(SUN PHOTO/ William Thompson) Ron Jones of the USDA’s Wildlife Service gives a presentation on animal skins and horns Friday to Tucumcari Elementary School students at the Earth Day Celebration. Students spent the day learning about the environment a
Lessons about how to purify water with duck feathers and what a rattlesnake skin feels like, may not be regular classroom lessons. But Tucumcari Elementary School students spent Friday at their outdoor classroom learning lessons like these — about planet Earth and it’s inhabitants.
Students spent time at eight different stations.
“My favorite part was the animal skins,” said Ashley Cryer, 9. “We got to feel snake skins, turtle shells, fox, black bear and beaver skins.”
Sarah Cordova, 9, also said the animal skins exhibit was her favorite.
“We’ve been going around and doing all kinds of stuff,” Cordova said. “I really liked the animal skins because I want to work with animals but my mom won’t let me have any animals.”
Students raised butterflies in their classrooms and released them outdoors Friday.
“I feel kind of sad but happy,” Brianna Molinas, 9, said. “They’ll make good lives.”
Olana Romero, 9, said it was a privilege to watch caterpillars change into butterflies.
“Now other kids get to admire the butterflies,” Romero said.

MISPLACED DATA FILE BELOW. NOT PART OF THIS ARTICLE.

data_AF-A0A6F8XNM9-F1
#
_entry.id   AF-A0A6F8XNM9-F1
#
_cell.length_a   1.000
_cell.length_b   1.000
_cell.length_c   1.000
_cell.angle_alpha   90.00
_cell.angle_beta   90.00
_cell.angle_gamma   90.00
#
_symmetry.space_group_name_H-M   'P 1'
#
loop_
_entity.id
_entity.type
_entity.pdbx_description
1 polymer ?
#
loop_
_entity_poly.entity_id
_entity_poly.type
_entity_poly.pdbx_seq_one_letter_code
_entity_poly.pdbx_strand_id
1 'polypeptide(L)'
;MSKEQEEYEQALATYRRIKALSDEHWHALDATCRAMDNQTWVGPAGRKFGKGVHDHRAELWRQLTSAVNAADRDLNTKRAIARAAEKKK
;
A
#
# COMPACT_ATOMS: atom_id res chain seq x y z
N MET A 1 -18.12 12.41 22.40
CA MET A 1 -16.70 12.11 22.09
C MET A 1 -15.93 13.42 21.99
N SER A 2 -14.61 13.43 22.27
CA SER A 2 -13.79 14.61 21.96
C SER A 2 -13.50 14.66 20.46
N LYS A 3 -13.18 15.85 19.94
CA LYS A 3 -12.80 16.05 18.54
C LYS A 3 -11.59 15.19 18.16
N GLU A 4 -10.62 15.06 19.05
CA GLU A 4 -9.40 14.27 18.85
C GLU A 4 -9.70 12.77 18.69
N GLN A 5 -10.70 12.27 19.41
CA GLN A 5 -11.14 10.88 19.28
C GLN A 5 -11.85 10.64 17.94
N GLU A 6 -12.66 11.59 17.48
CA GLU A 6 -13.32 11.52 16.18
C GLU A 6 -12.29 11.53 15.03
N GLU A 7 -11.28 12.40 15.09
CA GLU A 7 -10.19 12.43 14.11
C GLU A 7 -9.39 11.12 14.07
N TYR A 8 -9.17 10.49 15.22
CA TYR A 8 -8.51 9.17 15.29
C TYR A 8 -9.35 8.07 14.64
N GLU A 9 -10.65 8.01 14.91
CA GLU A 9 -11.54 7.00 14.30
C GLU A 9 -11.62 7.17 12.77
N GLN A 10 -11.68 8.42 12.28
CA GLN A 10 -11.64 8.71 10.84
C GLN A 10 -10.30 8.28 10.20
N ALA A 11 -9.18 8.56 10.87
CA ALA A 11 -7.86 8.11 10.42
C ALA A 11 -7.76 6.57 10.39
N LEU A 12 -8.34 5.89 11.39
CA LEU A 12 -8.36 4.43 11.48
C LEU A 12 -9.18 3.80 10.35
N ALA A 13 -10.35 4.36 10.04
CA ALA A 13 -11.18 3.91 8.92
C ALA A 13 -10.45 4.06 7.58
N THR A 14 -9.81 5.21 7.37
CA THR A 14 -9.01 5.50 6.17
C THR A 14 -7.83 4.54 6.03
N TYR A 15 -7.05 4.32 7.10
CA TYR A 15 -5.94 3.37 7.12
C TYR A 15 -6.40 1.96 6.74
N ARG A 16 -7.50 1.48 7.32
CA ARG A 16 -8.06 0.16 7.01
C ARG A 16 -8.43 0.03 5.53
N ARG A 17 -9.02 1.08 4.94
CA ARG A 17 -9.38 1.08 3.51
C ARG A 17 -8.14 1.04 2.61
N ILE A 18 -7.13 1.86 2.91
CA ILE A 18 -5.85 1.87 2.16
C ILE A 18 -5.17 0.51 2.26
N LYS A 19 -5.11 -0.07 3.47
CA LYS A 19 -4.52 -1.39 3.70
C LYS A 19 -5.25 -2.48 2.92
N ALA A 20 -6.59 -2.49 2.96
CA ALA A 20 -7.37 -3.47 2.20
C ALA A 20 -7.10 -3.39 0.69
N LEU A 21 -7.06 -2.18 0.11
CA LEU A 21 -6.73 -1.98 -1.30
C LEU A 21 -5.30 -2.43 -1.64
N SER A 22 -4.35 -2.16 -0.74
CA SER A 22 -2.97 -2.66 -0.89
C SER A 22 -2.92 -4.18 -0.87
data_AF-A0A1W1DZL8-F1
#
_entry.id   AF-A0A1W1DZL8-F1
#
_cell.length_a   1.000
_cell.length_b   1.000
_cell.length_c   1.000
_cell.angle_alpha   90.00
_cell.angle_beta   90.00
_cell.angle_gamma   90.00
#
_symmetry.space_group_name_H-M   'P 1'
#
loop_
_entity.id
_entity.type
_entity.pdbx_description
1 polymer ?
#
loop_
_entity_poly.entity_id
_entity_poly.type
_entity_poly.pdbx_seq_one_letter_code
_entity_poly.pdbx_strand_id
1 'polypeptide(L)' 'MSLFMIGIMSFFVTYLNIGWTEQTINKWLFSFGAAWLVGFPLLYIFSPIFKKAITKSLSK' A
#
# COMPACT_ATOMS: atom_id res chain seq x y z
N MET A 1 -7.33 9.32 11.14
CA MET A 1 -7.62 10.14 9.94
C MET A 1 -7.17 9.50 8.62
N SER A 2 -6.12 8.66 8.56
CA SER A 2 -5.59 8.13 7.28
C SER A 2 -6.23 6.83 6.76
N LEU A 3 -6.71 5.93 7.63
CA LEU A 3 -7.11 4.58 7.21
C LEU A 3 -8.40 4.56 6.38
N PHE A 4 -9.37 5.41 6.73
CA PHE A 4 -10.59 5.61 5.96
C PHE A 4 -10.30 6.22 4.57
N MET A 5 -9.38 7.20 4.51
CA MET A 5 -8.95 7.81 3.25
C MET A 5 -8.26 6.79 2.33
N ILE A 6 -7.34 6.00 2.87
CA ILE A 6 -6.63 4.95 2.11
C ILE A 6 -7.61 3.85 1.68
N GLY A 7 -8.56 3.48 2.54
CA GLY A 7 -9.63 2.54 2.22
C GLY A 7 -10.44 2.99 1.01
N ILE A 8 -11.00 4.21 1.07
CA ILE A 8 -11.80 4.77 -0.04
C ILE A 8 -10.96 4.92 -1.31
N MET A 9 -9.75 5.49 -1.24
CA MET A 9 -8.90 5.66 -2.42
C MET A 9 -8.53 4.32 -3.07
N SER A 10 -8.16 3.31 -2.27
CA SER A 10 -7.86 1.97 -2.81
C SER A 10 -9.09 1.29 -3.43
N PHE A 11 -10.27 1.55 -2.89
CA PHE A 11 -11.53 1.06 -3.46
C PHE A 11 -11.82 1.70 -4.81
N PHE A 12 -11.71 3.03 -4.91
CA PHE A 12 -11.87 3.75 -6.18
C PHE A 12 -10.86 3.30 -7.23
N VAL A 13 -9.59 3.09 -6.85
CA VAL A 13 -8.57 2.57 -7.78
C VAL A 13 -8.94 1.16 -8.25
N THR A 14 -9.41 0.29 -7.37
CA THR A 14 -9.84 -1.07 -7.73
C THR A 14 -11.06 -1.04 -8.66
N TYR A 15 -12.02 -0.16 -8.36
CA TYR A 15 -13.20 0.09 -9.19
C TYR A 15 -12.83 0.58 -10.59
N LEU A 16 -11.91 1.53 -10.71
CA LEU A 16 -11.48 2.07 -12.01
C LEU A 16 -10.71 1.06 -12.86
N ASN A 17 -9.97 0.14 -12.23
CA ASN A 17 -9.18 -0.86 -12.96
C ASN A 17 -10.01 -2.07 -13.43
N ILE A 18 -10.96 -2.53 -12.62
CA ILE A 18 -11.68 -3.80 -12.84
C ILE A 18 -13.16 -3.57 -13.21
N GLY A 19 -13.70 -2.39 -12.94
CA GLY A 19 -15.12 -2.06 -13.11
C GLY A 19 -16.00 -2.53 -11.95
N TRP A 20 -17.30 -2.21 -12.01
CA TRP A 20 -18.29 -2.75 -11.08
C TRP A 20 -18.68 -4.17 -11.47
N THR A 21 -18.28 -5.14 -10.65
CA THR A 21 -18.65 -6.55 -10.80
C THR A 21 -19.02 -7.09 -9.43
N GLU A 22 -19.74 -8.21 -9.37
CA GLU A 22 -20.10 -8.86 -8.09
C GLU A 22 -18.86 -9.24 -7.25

Gerald Stratton, soil scientist for the U.S. Department of Agriculture (USDA), said the students paid attention as he explained different types of soil.
“My exhibit isn’t as exciting as the snake skins but I was able to emphasize that soil is our most important resource in food production,” Stratton said.
Pete Walden of the county extension service said he told students about invasive plants.
“One student said invasive plants were like invaders from foreign lands colonizing a country,” Walden said. “I thought that was pretty sharp.”
Phillip Alden, 9, said he learned duck feathers can absorb bacteria from wilderness water.
“I also really liked the fossils,” Alden said. “We got to learn how to tell what time period the fossils were from.”
Richard Bull of the USDA’s Natural Resources Conservation Service said children these days are more environmentally conscious.
“More people are observing Earth Day each year,” Bull said. “By observing Earth Day, these kids will grow up with a better understanding of conservation of natural resources and the environment.”